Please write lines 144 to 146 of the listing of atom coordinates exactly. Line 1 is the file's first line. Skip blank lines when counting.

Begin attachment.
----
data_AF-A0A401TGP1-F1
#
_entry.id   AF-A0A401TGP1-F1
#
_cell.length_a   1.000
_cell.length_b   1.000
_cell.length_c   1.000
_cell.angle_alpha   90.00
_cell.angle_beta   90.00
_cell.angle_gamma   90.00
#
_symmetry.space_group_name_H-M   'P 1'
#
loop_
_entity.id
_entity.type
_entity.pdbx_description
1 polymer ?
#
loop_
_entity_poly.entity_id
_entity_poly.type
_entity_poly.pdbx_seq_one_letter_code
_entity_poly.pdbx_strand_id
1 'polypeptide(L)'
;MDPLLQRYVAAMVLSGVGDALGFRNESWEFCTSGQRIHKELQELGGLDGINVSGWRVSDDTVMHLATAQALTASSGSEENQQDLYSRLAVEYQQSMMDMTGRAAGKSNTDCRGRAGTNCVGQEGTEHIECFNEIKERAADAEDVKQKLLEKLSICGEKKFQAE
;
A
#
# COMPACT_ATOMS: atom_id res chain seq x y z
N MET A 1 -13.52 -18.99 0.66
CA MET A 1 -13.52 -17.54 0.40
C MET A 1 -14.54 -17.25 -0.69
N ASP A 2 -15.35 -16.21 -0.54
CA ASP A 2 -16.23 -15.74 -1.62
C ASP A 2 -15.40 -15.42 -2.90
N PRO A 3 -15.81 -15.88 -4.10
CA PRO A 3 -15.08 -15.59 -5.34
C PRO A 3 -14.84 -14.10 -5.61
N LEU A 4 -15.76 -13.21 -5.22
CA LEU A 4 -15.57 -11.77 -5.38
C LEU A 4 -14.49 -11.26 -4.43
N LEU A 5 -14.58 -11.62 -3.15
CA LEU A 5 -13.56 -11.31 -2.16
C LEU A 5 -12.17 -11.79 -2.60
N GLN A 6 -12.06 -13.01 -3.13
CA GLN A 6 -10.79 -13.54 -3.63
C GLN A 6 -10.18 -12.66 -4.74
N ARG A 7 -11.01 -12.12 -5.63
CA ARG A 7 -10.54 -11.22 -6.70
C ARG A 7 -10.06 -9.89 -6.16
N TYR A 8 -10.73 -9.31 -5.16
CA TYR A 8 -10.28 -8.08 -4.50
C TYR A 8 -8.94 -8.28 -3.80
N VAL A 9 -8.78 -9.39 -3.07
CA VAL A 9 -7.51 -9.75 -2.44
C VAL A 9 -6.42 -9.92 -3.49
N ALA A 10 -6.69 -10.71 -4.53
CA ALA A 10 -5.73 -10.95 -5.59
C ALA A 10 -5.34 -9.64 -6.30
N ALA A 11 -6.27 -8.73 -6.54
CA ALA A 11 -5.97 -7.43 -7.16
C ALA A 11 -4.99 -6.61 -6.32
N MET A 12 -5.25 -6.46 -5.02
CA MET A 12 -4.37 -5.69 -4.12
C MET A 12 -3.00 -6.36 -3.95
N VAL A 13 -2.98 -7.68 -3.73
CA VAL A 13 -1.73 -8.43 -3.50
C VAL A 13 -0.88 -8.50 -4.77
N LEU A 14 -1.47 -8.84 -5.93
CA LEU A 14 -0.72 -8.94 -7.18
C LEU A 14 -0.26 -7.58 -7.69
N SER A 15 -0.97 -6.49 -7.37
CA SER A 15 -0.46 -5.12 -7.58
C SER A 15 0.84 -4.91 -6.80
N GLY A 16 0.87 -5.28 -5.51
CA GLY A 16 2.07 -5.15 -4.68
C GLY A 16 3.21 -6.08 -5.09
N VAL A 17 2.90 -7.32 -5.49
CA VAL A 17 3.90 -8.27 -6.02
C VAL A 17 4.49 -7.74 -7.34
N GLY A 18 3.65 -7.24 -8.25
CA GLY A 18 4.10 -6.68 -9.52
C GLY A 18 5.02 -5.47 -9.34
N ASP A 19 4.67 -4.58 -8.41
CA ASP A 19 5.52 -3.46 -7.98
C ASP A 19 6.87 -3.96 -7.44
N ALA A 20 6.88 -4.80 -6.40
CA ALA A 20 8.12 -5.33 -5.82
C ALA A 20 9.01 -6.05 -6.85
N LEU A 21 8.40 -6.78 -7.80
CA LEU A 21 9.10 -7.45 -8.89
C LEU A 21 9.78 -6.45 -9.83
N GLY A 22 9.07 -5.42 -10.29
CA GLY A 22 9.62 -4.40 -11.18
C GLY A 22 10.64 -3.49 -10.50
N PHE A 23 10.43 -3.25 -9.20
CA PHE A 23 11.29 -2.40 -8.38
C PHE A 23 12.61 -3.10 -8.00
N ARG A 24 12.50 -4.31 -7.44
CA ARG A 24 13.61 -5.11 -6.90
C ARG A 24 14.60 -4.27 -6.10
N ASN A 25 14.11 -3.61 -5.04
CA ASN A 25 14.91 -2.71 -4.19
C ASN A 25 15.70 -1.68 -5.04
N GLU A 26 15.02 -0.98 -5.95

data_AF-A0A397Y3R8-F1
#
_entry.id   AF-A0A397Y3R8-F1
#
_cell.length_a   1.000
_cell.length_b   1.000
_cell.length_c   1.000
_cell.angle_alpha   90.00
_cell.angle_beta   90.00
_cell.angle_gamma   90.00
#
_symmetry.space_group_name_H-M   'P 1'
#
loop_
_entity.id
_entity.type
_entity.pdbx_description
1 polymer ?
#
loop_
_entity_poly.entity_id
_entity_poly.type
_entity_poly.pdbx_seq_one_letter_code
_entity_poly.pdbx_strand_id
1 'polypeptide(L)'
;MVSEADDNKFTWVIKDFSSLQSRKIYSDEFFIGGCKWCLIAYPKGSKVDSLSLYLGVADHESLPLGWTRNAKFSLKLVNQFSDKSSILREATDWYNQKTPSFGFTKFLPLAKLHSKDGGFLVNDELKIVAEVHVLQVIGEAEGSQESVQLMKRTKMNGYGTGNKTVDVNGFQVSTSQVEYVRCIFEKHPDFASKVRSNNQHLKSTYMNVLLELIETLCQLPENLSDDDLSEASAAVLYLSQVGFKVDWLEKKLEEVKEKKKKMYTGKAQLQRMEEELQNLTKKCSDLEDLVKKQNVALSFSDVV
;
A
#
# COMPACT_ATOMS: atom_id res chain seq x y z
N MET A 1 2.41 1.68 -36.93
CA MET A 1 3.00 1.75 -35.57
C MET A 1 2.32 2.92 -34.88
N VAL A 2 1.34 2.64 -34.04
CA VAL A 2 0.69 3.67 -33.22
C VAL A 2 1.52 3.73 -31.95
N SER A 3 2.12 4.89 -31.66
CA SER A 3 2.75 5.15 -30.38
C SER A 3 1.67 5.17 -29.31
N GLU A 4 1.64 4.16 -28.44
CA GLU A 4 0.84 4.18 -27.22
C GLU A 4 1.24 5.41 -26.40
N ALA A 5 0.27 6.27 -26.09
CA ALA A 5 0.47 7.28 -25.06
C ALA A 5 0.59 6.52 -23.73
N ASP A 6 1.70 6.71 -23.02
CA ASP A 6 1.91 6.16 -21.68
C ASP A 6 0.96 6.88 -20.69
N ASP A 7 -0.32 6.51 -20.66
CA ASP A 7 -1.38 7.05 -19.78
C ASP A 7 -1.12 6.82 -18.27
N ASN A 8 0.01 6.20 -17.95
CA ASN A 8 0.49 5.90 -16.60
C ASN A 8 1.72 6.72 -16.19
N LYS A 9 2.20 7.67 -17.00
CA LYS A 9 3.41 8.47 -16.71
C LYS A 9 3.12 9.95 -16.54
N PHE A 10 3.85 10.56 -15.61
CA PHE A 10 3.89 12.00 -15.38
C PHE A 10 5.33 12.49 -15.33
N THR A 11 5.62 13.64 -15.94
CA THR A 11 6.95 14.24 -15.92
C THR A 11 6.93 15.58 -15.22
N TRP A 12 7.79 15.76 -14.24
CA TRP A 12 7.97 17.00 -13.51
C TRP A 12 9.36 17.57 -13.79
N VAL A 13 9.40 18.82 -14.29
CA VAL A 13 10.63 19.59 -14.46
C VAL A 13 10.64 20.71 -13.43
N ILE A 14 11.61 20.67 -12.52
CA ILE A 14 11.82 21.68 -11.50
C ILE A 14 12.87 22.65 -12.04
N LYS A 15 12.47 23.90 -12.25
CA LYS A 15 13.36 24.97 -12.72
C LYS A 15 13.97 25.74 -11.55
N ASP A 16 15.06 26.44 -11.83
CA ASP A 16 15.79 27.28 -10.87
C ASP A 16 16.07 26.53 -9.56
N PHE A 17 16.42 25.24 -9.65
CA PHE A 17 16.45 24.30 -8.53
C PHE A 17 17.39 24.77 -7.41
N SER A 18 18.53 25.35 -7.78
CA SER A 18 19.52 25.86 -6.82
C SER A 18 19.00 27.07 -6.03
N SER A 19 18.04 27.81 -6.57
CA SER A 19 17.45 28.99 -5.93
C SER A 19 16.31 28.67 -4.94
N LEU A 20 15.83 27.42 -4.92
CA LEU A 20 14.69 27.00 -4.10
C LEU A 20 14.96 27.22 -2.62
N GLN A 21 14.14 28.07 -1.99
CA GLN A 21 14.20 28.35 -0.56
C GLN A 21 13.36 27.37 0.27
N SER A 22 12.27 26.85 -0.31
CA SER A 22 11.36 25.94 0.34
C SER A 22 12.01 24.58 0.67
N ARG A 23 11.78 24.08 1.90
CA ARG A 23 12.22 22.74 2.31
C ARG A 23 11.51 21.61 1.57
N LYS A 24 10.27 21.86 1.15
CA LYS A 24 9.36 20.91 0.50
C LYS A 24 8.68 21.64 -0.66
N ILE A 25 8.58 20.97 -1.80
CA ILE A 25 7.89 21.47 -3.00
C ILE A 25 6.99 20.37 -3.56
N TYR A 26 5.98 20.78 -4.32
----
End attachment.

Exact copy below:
CA SER A 3 2.75 5.15 -30.38
C SER A 3 1.67 5.17 -29.31
N GLU A 4 1.64 4.16 -28.44